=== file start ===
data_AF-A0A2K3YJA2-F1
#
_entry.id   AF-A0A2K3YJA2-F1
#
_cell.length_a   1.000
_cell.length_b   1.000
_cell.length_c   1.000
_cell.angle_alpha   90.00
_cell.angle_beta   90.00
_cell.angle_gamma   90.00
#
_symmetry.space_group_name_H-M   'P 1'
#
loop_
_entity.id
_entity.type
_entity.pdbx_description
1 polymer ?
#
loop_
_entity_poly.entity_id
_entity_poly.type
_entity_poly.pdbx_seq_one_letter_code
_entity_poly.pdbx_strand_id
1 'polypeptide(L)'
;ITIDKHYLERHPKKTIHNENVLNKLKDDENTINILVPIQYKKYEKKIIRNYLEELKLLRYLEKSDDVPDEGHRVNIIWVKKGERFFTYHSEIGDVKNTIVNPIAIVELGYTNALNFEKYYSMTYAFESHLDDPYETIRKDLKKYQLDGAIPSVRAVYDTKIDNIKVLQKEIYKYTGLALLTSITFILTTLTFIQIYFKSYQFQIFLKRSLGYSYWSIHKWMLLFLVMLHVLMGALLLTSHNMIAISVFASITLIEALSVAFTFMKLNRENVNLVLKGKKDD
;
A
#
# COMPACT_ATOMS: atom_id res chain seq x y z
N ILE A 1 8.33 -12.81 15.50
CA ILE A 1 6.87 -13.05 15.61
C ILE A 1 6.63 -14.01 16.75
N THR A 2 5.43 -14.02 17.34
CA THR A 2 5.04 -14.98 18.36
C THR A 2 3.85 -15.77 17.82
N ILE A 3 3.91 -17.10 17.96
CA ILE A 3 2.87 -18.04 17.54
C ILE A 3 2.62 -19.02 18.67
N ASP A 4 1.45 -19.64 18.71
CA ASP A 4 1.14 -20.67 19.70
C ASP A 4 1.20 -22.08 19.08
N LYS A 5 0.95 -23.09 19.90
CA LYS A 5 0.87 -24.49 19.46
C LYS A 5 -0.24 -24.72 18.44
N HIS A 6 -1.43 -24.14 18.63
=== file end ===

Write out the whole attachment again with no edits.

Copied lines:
data_AF-A0A2K3YJA2-F1
#
_entry.id   AF-A0A2K3YJA2-F1
#
_cell.length_a   1.000
_cell.length_b   1.000
_cell.length_c   1.000
_cell.angle_alpha   90.00
_cell.angle_beta   90.00
_cell.angle_gamma   90.00
#
_symmetry.space_group_name_H-M   'P 1'
#
loop_
_entity.id
_entity.type
_entity.pdbx_description
1 polymer ?
#
loop_
_entity_poly.entity_id
_entity_poly.type
_entity_poly.pdbx_seq_one_letter_code
_entity_poly.pdbx_strand_id
1 'polypeptide(L)'
;ITIDKHYLERHPKKTIHNENVLNKLKDDENTINILVPIQYKKYEKKIIRNYLEELKLLRYLEKSDDVPDEGHRVNIIWVKKGERFFTYHSEIGDVKNTIVNPIAIVELGYTNALNFEKYYSMTYAFESHLDDPYETIRKDLKKYQLDGAIPSVRAVYDTKIDNIKVLQKEIYKYTGLALLTSITFILTTLTFIQIYFKSYQFQIFLKRSLGYSYWSIHKWMLLFLVMLHVLMGALLLTSHNMIAISVFASITLIEALSVAFTFMKLNRENVNLVLKGKKDD
;
A
#
# COMPACT_ATOMS: atom_id res chain seq x y z
N ILE A 1 8.33 -12.81 15.50
CA ILE A 1 6.87 -13.05 15.61
C ILE A 1 6.63 -14.01 16.75
N THR A 2 5.43 -14.02 17.34
CA THR A 2 5.04 -14.98 18.36
C THR A 2 3.85 -15.77 17.82
N ILE A 3 3.91 -17.10 17.96
CA ILE A 3 2.87 -18.04 17.54
C ILE A 3 2.62 -19.02 18.67
N ASP A 4 1.45 -19.64 18.71
CA ASP A 4 1.14 -20.67 19.70
C ASP A 4 1.20 -22.08 19.08
N LYS A 5 0.95 -23.09 19.90
CA LYS A 5 0.87 -24.49 19.46
C LYS A 5 -0.24 -24.72 18.44
N HIS A 6 -1.43 -24.14 18.63